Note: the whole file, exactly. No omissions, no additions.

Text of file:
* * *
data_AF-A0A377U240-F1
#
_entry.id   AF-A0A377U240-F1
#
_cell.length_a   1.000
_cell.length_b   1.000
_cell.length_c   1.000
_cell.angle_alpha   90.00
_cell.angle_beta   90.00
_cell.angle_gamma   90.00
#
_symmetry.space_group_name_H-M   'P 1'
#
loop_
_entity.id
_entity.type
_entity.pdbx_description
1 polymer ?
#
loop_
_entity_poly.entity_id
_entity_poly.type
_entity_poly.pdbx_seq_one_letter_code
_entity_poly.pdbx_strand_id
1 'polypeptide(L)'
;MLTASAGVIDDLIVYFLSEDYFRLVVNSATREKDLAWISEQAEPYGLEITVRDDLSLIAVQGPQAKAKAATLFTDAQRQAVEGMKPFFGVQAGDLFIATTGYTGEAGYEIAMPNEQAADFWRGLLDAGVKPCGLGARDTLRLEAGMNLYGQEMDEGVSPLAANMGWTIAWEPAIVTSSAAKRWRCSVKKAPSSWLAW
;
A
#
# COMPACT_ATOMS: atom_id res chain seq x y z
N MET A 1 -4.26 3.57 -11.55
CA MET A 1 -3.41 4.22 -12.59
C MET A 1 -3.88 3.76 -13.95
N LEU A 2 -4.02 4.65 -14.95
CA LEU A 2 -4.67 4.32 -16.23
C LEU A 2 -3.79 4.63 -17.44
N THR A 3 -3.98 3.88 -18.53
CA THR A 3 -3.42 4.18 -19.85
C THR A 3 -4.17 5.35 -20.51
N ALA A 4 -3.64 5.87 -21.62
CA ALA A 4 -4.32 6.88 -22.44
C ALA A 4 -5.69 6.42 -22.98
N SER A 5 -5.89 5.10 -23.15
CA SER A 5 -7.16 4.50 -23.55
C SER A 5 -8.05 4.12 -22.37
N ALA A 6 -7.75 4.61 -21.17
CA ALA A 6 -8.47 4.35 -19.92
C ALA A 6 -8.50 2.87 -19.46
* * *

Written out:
data_AF-A0A377U240-F1
#
_entry.id   AF-A0A377U240-F1
#
_cell.length_a   1.000
_cell.length_b   1.000
_cell.length_c   1.000
_cell.angle_alpha   90.00
_cell.angle_beta   90.00
_cell.angle_gamma   90.00
#
_symmetry.space_group_name_H-M   'P 1'
#
loop_
_entity.id
_entity.type
_entity.pdbx_description
1 polymer ?
#
loop_
_entity_poly.entity_id
_entity_poly.type
_entity_poly.pdbx_seq_one_letter_code
_entity_poly.pdbx_strand_id
1 'polypeptide(L)'
;MLTASAGVIDDLIVYFLSEDYFRLVVNSATREKDLAWISEQAEPYGLEITVRDDLSLIAVQGPQAKAKAATLFTDAQRQAVEGMKPFFGVQAGDLFIATTGYTGEAGYEIAMPNEQAADFWRGLLDAGVKPCGLGARDTLRLEAGMNLYGQEMDEGVSPLAANMGWTIAWEPAIVTSSAAKRWRCSVKKAPSSWLAW
;
A
#
# COMPACT_ATOMS: atom_id res chain seq x y z
N MET A 1 -4.26 3.57 -11.55
CA MET A 1 -3.41 4.22 -12.59
C MET A 1 -3.88 3.76 -13.95
N LEU A 2 -4.02 4.65 -14.95
CA LEU A 2 -4.67 4.32 -16.23
C LEU A 2 -3.79 4.63 -17.44
N THR A 3 -3.98 3.88 -18.53
CA THR A 3 -3.42 4.18 -19.85
C THR A 3 -4.17 5.35 -20.51
N ALA A 4 -3.64 5.87 -21.62
CA ALA A 4 -4.32 6.88 -22.44
C ALA A 4 -5.69 6.42 -22.98
N SER A 5 -5.89 5.10 -23.15
CA SER A 5 -7.16 4.50 -23.55
C SER A 5 -8.05 4.12 -22.37
N ALA A 6 -7.75 4.61 -21.17
CA ALA A 6 -8.47 4.35 -19.92
C ALA A 6 -8.50 2.87 -19.46